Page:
A game for 2 or more players. Practise your addition and subtraction with the aid of a game board and some dried peas!

There are 4 jugs which hold 9 litres, 7 litres, 4 litres and 2 litres. Find a way to pour 9 litres of drink from one jug to another until you are left with exactly 3 litres in three of the jugs.

This task, written for the National Young Mathematicians' Award 2016, invites you to explore the different combinations of scores that you might get on these dart boards.

Can you make a train the same length as Laura's but using three differently coloured rods? Is there only one way of doing it?

Starting with the number 180, take away 9 again and again, joining up the dots as you go. Watch out - don't join all the dots!

In this game for two players, the aim is to make a row of four coins which total one dollar.

Cherri, Saxon, Mel and Paul are friends. They are all different ages. Can you find out the age of each friend using the information?

This challenge extends the Plants investigation so now four or more children are involved.

Can you arrange 5 different digits (from 0 - 9) in the cross in the way described?

This challenging activity involves finding different ways to distribute fifteen items among four sets, when the sets must include three, four, five and six items.

You have two egg timers. One takes 4 minutes exactly to empty and the other takes 7 minutes. What times in whole minutes can you measure and how?

Suppose there is a train with 24 carriages which are going to be put together to make up some new trains. Can you find all the ways that this can be done?

If you had any number of ordinary dice, what are the possible ways of making their totals 6? What would the product of the dice be each time?

Move from the START to the FINISH by moving across or down to the next square. Can you find a route to make these totals?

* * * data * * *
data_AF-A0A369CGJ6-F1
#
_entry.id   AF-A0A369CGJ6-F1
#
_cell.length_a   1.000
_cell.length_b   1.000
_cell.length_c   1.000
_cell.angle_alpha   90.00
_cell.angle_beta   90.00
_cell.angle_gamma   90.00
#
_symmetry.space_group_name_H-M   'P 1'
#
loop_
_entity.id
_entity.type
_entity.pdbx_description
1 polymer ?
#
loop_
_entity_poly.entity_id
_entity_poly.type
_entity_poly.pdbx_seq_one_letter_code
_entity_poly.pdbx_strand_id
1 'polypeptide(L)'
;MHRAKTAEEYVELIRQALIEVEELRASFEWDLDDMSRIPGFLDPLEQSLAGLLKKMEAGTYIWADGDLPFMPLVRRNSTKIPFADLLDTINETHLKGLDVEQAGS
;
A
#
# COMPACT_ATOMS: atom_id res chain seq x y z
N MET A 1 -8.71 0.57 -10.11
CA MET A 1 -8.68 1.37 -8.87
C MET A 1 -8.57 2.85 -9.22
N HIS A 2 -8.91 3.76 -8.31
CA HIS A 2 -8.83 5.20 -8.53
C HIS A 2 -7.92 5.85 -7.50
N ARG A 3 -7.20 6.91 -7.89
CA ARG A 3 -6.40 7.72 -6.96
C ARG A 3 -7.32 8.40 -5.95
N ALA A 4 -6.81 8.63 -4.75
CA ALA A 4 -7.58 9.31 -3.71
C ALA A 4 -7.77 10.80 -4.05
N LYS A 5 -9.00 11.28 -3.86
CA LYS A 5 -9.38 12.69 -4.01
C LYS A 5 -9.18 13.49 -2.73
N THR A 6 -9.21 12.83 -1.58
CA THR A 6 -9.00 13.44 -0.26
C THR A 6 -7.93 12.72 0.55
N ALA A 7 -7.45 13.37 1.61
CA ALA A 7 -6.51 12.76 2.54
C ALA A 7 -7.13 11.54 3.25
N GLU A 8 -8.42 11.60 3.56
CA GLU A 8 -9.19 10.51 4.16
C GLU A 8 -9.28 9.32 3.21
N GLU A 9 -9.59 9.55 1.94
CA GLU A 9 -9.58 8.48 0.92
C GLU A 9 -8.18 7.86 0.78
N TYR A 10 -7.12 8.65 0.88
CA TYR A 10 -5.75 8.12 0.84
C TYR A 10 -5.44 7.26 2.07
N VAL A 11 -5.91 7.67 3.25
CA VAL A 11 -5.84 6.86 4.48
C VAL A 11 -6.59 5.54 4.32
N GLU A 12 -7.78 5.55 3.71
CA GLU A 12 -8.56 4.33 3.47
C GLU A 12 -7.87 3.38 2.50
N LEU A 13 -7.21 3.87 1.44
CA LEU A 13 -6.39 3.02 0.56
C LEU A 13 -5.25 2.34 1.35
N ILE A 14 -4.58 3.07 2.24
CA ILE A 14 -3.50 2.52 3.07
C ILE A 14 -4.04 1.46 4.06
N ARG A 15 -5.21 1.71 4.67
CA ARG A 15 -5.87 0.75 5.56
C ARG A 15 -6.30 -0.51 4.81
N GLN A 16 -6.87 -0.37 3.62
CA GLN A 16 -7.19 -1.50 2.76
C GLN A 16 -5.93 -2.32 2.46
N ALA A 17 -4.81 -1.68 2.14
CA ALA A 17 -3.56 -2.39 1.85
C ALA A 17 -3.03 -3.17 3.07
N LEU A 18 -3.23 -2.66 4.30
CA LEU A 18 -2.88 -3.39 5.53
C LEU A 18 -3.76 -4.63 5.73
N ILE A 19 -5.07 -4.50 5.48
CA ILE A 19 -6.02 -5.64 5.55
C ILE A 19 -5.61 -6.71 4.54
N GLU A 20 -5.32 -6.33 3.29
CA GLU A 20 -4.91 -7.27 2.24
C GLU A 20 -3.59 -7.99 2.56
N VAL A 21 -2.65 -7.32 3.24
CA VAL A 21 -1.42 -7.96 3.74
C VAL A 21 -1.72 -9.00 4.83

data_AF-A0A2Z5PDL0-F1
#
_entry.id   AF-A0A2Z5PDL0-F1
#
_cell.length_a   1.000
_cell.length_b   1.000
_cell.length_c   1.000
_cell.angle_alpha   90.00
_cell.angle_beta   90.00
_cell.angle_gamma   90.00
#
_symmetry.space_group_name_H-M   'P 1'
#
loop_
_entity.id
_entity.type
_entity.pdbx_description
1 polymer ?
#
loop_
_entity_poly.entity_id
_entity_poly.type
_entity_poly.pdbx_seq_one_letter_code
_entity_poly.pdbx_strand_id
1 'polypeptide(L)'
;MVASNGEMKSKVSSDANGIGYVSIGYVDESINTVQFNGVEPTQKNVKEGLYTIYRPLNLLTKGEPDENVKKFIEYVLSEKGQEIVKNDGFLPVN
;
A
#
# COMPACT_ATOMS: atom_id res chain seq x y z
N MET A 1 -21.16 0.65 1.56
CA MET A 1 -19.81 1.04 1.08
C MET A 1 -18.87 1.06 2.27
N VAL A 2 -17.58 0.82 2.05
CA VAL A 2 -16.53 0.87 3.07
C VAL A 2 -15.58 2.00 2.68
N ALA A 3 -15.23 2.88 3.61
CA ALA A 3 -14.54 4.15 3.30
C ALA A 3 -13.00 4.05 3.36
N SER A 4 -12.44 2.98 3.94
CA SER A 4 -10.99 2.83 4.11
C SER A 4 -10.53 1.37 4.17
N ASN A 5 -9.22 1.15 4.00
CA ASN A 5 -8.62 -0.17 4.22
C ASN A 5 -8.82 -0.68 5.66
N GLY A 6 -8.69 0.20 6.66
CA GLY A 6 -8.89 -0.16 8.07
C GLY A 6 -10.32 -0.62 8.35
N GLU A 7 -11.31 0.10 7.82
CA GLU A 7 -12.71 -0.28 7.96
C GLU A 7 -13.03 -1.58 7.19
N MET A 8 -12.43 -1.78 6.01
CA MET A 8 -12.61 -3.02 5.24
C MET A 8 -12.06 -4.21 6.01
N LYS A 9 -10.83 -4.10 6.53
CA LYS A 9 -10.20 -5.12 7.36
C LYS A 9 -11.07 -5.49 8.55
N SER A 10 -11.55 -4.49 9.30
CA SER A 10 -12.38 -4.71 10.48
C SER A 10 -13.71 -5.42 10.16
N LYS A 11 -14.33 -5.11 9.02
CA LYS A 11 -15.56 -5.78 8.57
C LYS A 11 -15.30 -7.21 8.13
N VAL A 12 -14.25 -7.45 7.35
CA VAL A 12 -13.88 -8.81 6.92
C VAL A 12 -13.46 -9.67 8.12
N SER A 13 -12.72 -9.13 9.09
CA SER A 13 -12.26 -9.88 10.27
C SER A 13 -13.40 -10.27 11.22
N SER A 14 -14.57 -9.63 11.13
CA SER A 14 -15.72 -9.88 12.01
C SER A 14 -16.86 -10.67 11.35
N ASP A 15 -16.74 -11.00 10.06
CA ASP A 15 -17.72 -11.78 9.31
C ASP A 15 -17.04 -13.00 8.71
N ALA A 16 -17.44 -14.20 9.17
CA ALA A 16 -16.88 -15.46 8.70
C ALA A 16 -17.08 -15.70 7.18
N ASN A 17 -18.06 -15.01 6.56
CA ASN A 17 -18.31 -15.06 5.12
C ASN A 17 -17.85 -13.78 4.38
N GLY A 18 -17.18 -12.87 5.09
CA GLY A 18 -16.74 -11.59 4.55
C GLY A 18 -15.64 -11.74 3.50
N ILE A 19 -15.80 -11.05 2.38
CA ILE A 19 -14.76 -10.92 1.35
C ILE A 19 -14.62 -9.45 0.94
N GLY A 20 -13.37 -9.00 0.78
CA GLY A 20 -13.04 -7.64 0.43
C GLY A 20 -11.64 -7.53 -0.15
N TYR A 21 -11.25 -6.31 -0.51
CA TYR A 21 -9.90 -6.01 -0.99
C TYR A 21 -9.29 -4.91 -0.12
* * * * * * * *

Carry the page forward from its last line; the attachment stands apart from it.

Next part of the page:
Use these head, body and leg pieces to make Robot Monsters which are different heights.

A game for 2 players. Practises subtraction or other maths operations knowledge.

Place the numbers from 1 to 9 in the squares below so that the difference between joined squares is odd. How many different ways can you do this?

Add the sum of the squares of four numbers between 10 and 20 to the sum of the squares of three numbers less than 6 to make the square of another, larger, number.

First Connect Three game for an adult and child. Use the dice numbers and either addition or subtraction to get three numbers in a straight line.

This task, written for the National Young Mathematicians' Award 2016, focuses on 'open squares'. What would the next five open squares look like?

Choose four of the numbers from 1 to 9 to put in the squares so that the differences between joined squares are odd.

In a Magic Square all the rows, columns and diagonals add to the 'Magic Constant'. How would you change the magic constant of this square?

A game for 2 or more players with a pack of cards. Practise your skills of addition, subtraction, multiplication and division to hit the target score.

Write the numbers up to 64 in an interesting way so that the shape they make at the end is interesting, different, more exciting ... than just a square.

Use your logical-thinking skills to deduce how much Dan's crisps and ice-cream cost altogether.